This week's question deals with the big question that the Reds rotation may be facing soon. To the tape:
With Johnny Cueto returning from the DL soon, who gets bumped from the rotation?
Pretty simple, right? Obviously, there was some disagreement here.
BK, Red Reporter: Unfortunately, I think it's Tony Cingrani. Not that he deserves it, because he's pitched well enough to stay and could crack about half the rotations in the big leagues right now. Honestly, this decision doesn't really come down to Cingrani at all. To me, Mike Leake doesn't deserve to be demoted. He's been perfectly fine, and has the track record at the big league level that Cingrani doesn't. Not only that, but if you're sending someone down to AAA, it might as well be a guy who has a chance to get better. This isn't a knock on Cingrani, because he's probably better than Leake right now, but there's no reason to rush him to the majors when you have 5 starters who are doing their jobs. Leake is probably a 4-5 starter and likely will be for the foreseeable future. Cingrani is a 4 right now with potential to be better than that. Why not send Cingrani down to work on his secondary pitches and get better than to send Leake down to continue to do what he's always done. Leake's been basically the same pitcher since when he was at ASU, so I find it hard to believe that a trip to Louisville is going to give him a big leap.
Zeldink, Red Hot Mama: The Reds readjusted their rotation to keep Mat Latos on his regular rest, yet they did nothing to provide any clues about who they'll send down when Johnny Cueto is enabled from the disabled list. Leake would be scheduled for the next game Cueto would be eligible for, but the team could easily have Leake wait a day longer for his start.
Oh, such drama.
That was supposed to be sarcastic because it's not something that interests me. Leake or Cingrani? The answer is that it doesn't matter. Last year's injury free rotation was a fluke. A major league baseball team needs more than five starters over the course of the season, and I'm quite happy to have either Leake or Cingrani toe the rubber when a sixth starter is required.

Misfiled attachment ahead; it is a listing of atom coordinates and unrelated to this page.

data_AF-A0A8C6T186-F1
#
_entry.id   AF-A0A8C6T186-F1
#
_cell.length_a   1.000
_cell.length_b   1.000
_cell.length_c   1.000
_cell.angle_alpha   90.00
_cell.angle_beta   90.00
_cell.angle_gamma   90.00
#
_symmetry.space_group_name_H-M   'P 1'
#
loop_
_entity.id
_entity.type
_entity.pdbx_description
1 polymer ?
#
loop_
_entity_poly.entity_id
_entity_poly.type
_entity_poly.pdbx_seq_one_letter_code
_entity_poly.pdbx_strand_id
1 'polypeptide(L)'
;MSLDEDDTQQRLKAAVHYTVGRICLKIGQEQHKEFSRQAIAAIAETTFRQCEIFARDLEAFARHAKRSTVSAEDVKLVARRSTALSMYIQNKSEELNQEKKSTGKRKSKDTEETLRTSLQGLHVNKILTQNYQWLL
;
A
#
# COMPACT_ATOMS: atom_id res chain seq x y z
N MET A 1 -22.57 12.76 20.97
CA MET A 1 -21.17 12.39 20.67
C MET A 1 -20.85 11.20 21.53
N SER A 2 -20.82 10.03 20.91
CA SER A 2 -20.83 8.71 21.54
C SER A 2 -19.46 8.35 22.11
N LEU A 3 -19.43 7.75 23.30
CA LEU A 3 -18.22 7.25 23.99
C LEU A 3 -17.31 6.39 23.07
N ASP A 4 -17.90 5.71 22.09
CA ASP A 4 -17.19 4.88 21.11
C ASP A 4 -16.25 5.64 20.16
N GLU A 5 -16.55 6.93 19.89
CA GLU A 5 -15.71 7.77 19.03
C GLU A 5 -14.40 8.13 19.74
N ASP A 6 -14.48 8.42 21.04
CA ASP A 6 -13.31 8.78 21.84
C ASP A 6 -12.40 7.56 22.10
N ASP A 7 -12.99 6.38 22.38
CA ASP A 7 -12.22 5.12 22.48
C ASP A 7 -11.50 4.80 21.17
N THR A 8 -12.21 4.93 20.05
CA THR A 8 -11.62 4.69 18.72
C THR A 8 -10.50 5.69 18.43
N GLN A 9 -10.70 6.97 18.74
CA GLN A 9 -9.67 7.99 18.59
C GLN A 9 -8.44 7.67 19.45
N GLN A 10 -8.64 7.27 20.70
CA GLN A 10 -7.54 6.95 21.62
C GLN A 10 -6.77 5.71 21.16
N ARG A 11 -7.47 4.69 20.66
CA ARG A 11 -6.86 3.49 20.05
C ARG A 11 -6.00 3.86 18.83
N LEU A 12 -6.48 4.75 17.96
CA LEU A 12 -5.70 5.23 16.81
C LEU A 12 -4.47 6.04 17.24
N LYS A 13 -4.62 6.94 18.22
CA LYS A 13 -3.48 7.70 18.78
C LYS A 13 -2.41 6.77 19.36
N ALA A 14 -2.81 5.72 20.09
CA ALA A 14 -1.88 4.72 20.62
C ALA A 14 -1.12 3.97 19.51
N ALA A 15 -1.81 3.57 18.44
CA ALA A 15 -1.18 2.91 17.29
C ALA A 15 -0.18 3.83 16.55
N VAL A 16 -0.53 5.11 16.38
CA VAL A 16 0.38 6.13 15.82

What interests me is how much a decade can change things. Just 10 years ago, back in 2003, the Reds would've loved to have a situation like they face now. That year, under the dubious guidance of general manager Jim Bowden, the Reds had 17 different pitchers start a game. And they were all terrible. (Except for Jose Acevedo, who had a great 27 innings before he turned back into a crappy Bowden pitcher.)
So unless the Reds figure out how to make a trade through the circuits of time and send back Mike Leake for the 2003 version of Adam Dunn or Austin Kearns--to fix the left field issue, of course--I don't think the decision will matter. Both Leake and Cingrani will be slightly above average pitchers this year.
UncleWeez, Red Reporter: I can't believe I'm saying this, but I think it should be Tony Cingrani. Look, I'm tied for second with most everyone else (behind Cy, of course) on the Cingrani fan-wagon, and he's acquitted himself beyond well in his five starts, but it looks like guys me be starting to sit on that fastball a bit. Tony doesn't seem to be quite comfortable enough with his secondary offerings to keep hitters off balance and off the nasty fastball. Send him down while he's still got the confidence that he can succeed in the bigs, have him work in Louisville with Ted Power on refining those offspeed pitches, and bring him back for either the stretch run or, dare I say it, the playoffs (Votto-willing). Mike Leake hasn't pitched like Spaghetti Hoo-Wee has, but he also hasn't earned a demotion by any stretch of the imagination. In short, Leake's a known quantity, and a solid one at that, but one who doesn't really have much upside. Let Cingrani keep working, adjusting, refining, and ease him up. There's no rush.